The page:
• In 1675 a court intrigue, conducted by his rivals and supported by the younger Don John of Austria, was so far successful that he was driven from court; but the queen gave him the title of marquis of Villa Sierra, and appointed him ambassador to Venice.

  • In January 1678 a palace revolution broke out against the queen-regent, who was driven from Madrid, and Valenzuela fled for refuge to the monastery of the Escorial.

  • The joint was thus suspended between the two chairs, and two keys of iron, called " fishes," fitting the side channels of the rails, were driven in on each side between the chairs and the rails.

  • At its opening, on the 27th of September 1825, a train of thirtyfour vehicles, making a gross load of about go tons, was drawn by one engine driven by Stephenson, with a signalman on horseback in advance..

  • In the United States the spikes are simply driven in with a maul, and the rails stand upright, little care being taken to prepare seats for them on the sleepers, on which they soon seat themselves.

  • One of the advantages of electric trains on the multiple control system is that they economize terminal accommodation, because they can be driven from either end indifferently, and therefore avoid the necessity for tracks by which engines can change from one end of the train to the other.

  • Sand, driven between the wheel and the rail by a steam jet, used just at starting, increases the adhesion beyond the normal value and enables a larger pressure to be exerted on the piston than would otherwise be possible.

  • The current required for it is generated by dynamos driven from the axles of the coaches.

  • Cakes were laid on the altar of Zeus Polieus and oxen driven round; the one which touched the cakes was the victim.

  • On the Congo, if a man commits a murder, the community votes whether he shall die or be expelled; if the latter, a victim is killed, of which all must partake; but this is not, as might be imagined, a case of Robertson Smith's piaculum for the re-establishment of the tribal bond; for the criminal is driven out of the community.

  • Despite its superior weapons and mode of warfare, the German east Baltic colony was constantly in danger of being overborne by the endless assaults of the dogged aborigines, whose hatred of the religion of the Cross as preached by the knights is very intelligible; and in 1218 Bishop Albert of Riga was driven to appeal for assistance to King Valdemar.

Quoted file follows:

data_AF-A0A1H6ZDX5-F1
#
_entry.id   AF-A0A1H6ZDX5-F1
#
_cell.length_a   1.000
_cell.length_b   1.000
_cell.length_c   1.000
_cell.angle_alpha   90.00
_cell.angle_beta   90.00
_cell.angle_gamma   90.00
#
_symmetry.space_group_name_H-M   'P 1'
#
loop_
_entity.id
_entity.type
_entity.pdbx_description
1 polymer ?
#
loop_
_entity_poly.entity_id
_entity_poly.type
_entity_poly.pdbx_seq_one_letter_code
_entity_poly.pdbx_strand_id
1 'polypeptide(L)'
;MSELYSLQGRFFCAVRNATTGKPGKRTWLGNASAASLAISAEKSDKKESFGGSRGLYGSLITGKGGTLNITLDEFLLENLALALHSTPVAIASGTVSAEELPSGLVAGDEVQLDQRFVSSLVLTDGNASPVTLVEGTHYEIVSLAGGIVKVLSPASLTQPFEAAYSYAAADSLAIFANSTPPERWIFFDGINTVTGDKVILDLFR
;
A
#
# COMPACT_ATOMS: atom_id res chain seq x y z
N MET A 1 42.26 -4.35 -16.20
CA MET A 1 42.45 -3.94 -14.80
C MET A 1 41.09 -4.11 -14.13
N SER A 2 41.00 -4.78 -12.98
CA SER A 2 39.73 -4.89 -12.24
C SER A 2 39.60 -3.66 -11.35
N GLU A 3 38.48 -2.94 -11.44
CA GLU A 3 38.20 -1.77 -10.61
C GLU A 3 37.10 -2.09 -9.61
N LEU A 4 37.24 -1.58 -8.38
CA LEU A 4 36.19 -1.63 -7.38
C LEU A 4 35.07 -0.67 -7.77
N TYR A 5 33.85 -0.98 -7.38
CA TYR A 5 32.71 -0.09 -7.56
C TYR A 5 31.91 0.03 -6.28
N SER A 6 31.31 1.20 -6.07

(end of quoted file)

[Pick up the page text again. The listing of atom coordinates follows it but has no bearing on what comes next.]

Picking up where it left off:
• It is highly significant that Elijah, when driven from the northern kingdom by the threats of the Tyrian Jezebel, retreats to the old sanctuary at Horeb, whence Moses derived his inspiration and his TOrah.

  • Now, however, the use of his remaining eye had been reduced to an hour a day, divided into portions at wide intervals, and he was driven to the conclusion that whatever plans he made must be formed on the same calculations as those of a blind man.

  • 172) believed the Caunians to have been aborigines, the Carians having been originally called Leleges, who had been driven from the Aegean islands by the invading Greeks.

  • But after three hours, Pescara's light horse having meantime been driven in by the superior light horse of the enemy, the artillery-loving duke of Ferrara conceived the brilliant plan of taking his mobile field-guns to the extreme right of the enemy.

  • Once in the plain they were charged by the French gendarmes under Gaston himself, as well as by the landsknechts, and driven back.

  • In 1522 he succeeded Gottskalk in the see of Holar, but he was soon driven out by the other Icelandic bishop, Ogmund of Skalholt.

  • Driven by contrary winds to take shelter in the Seine, the refugees passed the winter in the Netherlands, and in April 1608 proceeded to Rome, where they were welcomed and hospitably entertained by Pope Paul V., and where Tyrconnel died the same year.

  • After being the popular favourite of Israel in the little district of Benjamin, he was driven away by the jealousy and animosity of Saul.

  • The enemy under Hazael's son Ben-hadad (properly Bar-hadad) was driven out and Joash regained the territory which his father had lost (2 Kings xiii.

  • For this he was driven out, and, taking refuge with the Samaritans, founded a rival temple and priesthood upon Mt Gerizim, to which repaired other priests and Levites who had been guilty of mixed marriages.

  • The Jewish forces were driven back upon Jerusalem and the city was closely invested.

  • Its citizens appealed to Ptolemy Lathyrus, who had been driven from the throne of Egypt by his mother Cleopatra and was reigning in Cyprus.